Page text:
But the worst – and I mean the worst – thing in my view is the full attacks on members of the public. I’m talking about tweeps and bloggers. All coming from a person who used social media to go on the attack while our speaking house was closed, precluding proper discussion in the proper venue. And don’t get me started about our speaking house: have you ever read a Hansard or attended a session? All those “oh, ohs” and “hear, hears” are more like fuddle duddles and rowdy rants. We – the public – have been called “naysayers”, “mean”, “traitors”, “quebec-lovers” (how is this bad?), “rabble”, “inadequate”, and much worse outside of the media.
Tell me, where is the new energy?
According to studies on bullying, it requires the bystanders to take action to end the cycle. We all went to school with it, and according to psychologists we have been conditioned not just to accept bullying, but to condone it. In order to break the cycle we must – en masse – call for an end to it.
Yeah, sure it’s easy to just jump in and call down the egg-head NDP’s, or the fallen Liberals. It’s also easy to agree with the bullies and say that it’s just a vocal minority of bloggers, tweeps, or rabble rousers who are causing problems. But guess what? It’s true, we have lost the vocal majority. Especially in Labrador: I have never heard so much silence from people who, not so many years ago, were vocal about everything. They wrote to the editor, called into the open line shows, stood up for justice, and even protested. Is it that we have learned to keep quiet so our communities and institutions will continue to be funded? I’m thinking of the Combined Councils of Labrador that lost funding shortly after being vociferously opposed to government actions (there are many other examples).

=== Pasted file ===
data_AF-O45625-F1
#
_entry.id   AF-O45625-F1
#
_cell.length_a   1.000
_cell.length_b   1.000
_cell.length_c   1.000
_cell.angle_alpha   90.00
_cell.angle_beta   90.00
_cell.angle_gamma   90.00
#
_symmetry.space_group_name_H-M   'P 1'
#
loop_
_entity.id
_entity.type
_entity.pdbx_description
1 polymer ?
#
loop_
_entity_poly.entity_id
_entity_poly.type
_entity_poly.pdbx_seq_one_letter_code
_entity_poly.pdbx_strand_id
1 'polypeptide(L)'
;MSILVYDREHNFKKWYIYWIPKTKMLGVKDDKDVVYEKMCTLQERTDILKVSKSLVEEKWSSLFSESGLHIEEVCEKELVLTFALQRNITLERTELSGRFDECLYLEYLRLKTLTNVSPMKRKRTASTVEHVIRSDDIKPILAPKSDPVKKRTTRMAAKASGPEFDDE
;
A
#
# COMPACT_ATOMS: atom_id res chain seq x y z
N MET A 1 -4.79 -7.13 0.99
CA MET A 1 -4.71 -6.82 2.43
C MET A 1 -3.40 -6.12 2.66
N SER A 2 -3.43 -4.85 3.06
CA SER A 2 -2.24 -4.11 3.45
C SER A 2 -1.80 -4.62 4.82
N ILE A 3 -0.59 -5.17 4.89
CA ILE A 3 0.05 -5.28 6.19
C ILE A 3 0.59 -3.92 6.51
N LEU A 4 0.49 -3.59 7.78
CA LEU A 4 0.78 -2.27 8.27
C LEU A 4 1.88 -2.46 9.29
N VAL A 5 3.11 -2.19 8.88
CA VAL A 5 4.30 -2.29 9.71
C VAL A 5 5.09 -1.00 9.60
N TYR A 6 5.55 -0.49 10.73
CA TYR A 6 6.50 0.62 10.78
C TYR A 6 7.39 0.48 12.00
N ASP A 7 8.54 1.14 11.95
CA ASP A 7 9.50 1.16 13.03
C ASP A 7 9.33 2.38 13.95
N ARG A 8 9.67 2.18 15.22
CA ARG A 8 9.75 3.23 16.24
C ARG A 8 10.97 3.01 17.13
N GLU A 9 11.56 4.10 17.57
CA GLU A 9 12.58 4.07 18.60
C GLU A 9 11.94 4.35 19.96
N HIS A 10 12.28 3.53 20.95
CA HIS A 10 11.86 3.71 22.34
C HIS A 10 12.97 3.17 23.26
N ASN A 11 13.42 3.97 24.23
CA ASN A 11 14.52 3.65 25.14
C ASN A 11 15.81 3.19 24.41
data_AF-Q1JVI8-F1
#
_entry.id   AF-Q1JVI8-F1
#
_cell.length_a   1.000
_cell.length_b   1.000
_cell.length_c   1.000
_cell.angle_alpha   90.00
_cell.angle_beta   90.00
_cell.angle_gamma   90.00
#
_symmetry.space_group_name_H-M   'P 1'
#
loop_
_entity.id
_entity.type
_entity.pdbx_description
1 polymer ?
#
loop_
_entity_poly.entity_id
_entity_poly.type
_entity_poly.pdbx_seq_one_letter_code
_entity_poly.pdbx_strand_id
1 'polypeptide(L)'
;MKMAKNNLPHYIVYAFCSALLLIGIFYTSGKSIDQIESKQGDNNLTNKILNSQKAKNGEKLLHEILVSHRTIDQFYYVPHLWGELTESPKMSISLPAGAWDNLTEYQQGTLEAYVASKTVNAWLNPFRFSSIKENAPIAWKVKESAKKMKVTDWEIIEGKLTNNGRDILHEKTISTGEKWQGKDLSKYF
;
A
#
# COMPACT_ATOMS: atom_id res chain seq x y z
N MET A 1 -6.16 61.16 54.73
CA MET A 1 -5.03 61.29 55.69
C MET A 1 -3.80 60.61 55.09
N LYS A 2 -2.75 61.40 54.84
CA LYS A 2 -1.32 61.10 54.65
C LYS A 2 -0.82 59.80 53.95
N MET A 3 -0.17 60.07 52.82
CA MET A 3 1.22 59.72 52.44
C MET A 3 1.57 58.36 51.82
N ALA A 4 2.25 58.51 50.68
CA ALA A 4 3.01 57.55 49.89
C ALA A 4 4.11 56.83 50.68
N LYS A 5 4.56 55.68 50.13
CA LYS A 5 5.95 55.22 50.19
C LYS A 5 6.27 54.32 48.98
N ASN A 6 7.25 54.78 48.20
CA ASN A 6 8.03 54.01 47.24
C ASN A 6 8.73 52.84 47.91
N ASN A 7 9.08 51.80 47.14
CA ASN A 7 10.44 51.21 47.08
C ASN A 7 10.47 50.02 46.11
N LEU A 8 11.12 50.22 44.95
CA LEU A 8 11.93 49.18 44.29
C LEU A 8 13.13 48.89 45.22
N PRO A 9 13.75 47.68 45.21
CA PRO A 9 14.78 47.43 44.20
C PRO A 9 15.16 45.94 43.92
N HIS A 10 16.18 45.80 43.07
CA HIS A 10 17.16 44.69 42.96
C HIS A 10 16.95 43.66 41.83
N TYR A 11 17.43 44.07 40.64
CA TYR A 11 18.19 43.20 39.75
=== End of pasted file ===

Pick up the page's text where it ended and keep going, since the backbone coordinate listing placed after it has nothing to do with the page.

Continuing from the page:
We have to support some of the rabble/bloggers/twitterers because they are some of the few remaining people who are standing up to the bullies. Check out a local blogger for a full list of bullying antics; they’re much more up to speed than I and have wonderful graphs and facts!
PS – I’ll probably get bullied for this.